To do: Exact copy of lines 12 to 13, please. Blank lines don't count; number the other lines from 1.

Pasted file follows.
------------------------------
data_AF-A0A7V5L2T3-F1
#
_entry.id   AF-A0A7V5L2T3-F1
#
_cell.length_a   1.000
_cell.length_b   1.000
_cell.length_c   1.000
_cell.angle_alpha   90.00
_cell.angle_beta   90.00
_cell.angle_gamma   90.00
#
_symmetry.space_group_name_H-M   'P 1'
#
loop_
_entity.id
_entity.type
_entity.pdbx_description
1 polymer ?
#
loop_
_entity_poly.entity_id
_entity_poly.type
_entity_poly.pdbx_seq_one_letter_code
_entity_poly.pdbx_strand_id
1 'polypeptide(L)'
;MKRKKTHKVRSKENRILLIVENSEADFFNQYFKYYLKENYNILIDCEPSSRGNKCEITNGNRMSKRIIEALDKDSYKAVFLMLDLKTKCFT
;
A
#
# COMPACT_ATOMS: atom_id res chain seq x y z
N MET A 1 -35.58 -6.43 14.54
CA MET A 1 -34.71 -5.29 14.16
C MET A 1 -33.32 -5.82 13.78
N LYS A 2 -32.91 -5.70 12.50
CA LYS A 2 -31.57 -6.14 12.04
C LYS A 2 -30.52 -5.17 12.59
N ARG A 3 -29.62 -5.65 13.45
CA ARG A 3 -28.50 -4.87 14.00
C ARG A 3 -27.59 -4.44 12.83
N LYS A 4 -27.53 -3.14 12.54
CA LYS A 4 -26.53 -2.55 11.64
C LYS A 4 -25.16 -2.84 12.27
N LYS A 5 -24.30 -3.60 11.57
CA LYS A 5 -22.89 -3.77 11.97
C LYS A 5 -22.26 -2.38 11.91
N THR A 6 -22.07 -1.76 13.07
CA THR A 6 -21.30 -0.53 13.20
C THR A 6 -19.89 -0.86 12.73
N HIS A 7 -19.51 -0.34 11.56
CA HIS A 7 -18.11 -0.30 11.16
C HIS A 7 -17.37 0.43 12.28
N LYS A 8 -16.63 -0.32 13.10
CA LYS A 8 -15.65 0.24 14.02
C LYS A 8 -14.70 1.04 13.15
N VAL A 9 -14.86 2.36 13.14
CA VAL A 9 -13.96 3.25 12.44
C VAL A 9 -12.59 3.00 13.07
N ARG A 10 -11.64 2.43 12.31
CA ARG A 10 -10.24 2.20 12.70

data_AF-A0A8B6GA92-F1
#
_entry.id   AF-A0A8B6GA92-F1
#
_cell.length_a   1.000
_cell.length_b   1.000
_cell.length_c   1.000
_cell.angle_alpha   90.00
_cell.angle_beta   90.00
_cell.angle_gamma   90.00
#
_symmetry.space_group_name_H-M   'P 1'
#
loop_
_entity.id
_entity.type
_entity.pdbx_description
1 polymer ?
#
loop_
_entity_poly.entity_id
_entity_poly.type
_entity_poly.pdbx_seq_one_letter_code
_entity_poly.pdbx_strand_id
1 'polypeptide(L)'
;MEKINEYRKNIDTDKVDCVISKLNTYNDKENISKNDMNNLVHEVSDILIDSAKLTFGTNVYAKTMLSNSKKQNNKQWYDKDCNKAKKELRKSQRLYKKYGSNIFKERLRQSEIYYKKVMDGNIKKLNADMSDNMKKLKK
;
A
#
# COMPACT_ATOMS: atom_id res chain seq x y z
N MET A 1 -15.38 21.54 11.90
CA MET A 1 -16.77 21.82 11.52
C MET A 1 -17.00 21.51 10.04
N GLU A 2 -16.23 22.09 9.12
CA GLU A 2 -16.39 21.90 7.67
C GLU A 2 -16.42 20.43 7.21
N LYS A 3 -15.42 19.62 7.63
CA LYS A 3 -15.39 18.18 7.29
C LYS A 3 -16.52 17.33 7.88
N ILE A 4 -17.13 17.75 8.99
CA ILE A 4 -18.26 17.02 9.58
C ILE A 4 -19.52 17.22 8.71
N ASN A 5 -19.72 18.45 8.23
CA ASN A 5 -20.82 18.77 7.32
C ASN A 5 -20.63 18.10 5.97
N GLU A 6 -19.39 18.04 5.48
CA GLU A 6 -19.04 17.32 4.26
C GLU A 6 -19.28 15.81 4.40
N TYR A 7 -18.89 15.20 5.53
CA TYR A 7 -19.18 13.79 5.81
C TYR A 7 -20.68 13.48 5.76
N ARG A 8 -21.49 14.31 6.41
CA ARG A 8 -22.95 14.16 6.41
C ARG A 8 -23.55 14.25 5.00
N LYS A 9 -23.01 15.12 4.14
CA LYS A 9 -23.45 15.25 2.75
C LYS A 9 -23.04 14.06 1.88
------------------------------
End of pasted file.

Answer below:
_symmetry.space_group_name_H-M   'P 1'
#